Skip to main page content
Access keys NCBI Homepage MyNCBI Homepage Main Content Main Navigation
Review
. 2005 Dec 29;360(1464):2211-25.
doi: 10.1098/rstb.2005.1762.

Glucose-sensing Mechanisms in Pancreatic Beta-Cells

Affiliations
Free PMC article
Review

Glucose-sensing Mechanisms in Pancreatic Beta-Cells

Patrick E MacDonald et al. Philos Trans R Soc Lond B Biol Sci. .
Free PMC article

Abstract

The appropriate secretion of insulin from pancreatic beta-cells is critically important to the maintenance of energy homeostasis. The beta-cells must sense and respond suitably to postprandial increases of blood glucose, and perturbation of glucose-sensing in these cells can lead to hypoglycaemia or hyperglycaemias and ultimately diabetes. Here, we review beta-cell glucose-sensing with a particular focus on the regulation of cellular excitability and exocytosis. We examine in turn: (i) the generation of metabolic signalling molecules; (ii) the regulation of beta-cell membrane potential; and (iii) insulin granule dynamics and exocytosis. We further discuss the role of well known and putative candidate metabolic signals as regulators of insulin secretion.

Figures

Figure 1
Figure 1
Proximal and distal events in pancreatic β-cell glucose-sensing. Proximal events, including glucose entry, glycolysis and entry into mitochondrial metabolism, lead to the generation of mitochondrial signals. These signals regulate insulin secretion by controlling distal effectors including membrane excitability, Ca2+ signalling, insulin granule recruitment and exocytosis. This scheme differs somewhat from the popular concept of ‘triggering’ and ‘amplifying’ pathways, which overlap within the distal mechanism.
Figure 2
Figure 2
Mitochondrial signal generation. NADH generated from pyruvate entry into the TCA cycle and NADH transported into the mitochondria by the malate–aspartate (Mal–Asp) and glycerol–phosphate (Gly–P) shuttles drive respiratory chain generation of a H+ gradient and hyperpolarization of the mitochondrial matrix. H+ gradient dissipation drives ATP production by ATP synthase. Matrix hyperpolarization promotes the entry of Ca2+ which further stimulates TCA cycle activity and export of ATP. The export of malate and citrate (also isocitrate, not shown) and subsequent conversion to pyruvate generates an increase in cytoplasmic NADPH. Also, exported citrate can be converted to acetyl-CoA and then malonyl-CoA which blocks the LC-CoA transporter carnitine palmitoyltransferase 1 (CPT1). This leads to an increase in cytoplasmic LC-CoA and potential downstream lipid-derived messengers such as diacylglycerol (DAG). Important signals for distal signalling are boxed in grey.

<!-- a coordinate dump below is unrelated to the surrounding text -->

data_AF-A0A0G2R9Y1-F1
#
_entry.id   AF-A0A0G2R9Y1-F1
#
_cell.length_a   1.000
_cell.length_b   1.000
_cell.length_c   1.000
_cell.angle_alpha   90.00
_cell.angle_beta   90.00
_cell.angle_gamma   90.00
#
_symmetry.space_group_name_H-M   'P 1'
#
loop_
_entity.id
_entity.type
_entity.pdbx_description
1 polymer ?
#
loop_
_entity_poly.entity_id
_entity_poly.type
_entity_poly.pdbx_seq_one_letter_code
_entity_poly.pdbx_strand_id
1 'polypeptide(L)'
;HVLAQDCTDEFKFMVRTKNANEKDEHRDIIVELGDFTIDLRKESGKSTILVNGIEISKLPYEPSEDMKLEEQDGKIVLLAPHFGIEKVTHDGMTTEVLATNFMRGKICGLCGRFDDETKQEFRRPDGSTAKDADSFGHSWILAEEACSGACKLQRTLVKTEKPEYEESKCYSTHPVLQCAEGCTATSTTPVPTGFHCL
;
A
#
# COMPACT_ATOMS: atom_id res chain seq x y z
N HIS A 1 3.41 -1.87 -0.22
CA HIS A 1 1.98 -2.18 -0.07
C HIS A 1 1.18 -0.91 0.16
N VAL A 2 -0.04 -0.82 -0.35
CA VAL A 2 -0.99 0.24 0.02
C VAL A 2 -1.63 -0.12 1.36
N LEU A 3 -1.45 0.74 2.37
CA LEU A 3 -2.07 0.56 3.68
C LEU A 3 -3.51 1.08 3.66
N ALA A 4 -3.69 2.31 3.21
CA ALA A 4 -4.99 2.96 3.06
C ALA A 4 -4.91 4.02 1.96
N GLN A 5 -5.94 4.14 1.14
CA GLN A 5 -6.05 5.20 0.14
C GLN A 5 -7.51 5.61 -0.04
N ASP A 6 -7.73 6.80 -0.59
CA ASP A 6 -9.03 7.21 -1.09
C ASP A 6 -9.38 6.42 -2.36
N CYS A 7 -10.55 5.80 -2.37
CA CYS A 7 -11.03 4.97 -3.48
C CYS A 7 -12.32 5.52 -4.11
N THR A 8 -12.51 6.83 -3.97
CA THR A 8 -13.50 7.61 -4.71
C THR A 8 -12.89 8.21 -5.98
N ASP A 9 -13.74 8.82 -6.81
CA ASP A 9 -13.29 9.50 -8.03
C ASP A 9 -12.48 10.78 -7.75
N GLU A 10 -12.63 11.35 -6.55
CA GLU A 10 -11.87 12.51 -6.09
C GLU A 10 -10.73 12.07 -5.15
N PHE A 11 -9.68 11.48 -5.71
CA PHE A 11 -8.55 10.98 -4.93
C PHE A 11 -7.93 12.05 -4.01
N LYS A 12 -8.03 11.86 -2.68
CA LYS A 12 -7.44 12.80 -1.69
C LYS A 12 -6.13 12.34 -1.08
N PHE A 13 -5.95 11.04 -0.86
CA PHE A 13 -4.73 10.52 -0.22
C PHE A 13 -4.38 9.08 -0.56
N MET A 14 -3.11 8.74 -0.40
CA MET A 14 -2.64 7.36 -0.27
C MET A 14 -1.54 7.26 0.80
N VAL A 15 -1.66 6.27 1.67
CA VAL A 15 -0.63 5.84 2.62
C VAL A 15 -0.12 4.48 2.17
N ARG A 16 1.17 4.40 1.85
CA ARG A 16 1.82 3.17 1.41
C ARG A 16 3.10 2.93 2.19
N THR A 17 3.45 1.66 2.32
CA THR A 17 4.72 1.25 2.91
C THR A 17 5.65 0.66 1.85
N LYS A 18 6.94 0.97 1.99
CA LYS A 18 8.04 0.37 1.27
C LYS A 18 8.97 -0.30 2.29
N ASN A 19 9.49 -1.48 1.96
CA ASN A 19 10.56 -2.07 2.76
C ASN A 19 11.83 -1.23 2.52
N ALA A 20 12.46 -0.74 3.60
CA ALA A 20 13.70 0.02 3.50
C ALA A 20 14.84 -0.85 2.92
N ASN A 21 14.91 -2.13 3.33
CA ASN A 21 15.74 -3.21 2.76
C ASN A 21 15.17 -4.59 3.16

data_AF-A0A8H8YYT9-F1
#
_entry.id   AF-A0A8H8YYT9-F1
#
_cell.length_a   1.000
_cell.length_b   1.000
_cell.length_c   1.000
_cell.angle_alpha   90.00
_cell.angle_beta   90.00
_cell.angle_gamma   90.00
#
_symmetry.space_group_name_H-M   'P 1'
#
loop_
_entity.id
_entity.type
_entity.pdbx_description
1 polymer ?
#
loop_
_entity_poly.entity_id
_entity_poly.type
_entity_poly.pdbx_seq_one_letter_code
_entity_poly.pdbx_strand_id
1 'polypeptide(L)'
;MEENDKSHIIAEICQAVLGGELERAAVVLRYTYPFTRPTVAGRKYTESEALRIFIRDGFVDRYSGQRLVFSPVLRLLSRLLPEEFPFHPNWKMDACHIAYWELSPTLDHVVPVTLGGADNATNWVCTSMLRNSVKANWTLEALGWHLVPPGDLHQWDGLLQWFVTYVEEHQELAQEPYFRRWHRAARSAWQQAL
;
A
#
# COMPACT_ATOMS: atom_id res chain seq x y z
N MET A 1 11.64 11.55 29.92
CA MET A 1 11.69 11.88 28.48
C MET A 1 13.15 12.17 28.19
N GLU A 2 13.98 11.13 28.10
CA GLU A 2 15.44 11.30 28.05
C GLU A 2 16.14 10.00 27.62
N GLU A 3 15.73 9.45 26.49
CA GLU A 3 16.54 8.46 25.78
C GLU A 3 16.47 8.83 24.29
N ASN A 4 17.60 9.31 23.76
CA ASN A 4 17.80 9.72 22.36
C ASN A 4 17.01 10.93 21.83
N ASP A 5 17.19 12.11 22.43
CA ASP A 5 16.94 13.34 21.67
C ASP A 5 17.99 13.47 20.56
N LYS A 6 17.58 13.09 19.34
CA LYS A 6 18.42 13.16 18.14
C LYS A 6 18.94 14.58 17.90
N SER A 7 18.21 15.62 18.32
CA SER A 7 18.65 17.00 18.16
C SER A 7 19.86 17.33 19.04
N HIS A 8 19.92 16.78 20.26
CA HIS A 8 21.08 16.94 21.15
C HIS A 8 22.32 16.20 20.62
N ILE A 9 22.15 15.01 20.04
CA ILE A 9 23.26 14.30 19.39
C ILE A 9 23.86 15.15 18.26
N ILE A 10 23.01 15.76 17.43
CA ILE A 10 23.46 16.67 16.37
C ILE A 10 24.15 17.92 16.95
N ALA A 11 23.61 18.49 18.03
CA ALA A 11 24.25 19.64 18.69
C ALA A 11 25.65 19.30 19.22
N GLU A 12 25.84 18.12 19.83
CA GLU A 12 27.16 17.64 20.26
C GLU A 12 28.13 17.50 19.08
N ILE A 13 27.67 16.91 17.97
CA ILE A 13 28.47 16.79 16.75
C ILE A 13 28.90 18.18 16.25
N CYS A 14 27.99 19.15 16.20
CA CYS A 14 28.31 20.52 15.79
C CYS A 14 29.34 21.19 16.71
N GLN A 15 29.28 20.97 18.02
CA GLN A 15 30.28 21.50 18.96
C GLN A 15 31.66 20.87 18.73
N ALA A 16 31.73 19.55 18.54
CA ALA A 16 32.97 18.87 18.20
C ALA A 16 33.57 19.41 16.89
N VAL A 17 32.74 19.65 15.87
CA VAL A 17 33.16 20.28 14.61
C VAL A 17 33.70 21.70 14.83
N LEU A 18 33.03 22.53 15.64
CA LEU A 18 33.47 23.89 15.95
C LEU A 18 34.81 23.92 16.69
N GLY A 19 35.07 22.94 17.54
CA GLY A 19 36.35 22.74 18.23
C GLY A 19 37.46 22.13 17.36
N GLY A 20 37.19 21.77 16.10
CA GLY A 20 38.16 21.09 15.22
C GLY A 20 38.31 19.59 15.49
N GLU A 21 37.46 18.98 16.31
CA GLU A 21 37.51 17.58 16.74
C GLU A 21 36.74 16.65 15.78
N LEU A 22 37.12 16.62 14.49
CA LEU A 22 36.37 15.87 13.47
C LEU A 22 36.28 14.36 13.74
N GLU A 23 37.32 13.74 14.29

Figure 3
Figure 3
Stimulus–secretion coupling in the pancreatic β-cell. Glucose entry and mitochondrial metabolism increases the intracellular ATP-to-ADP ratio which leads to closure of KATP channels and membrane depolarization. This activates VDCCs, allowing influx of Ca2+ which triggers exocytosis of insulin granules. Kv channels also activate upon depolarization to mediate action potential repolarization, limiting Ca2+ entry and insulin secretion. Established and putative metabolic signalling molecules may regulate insulin secretion at a number of sites. These include the activity of ion channels, release of intracellular Ca2+ stores, mobilization and priming of secretory vesicles, and exocytosis. Here, we have shown the established (green), likely (yellow) and putative (red) regulatory interactions.

Similar articles

See all similar articles

Cited by 100 articles

See all "Cited by" articles

Publication types

MeSH terms

LinkOut - more resources

Feedback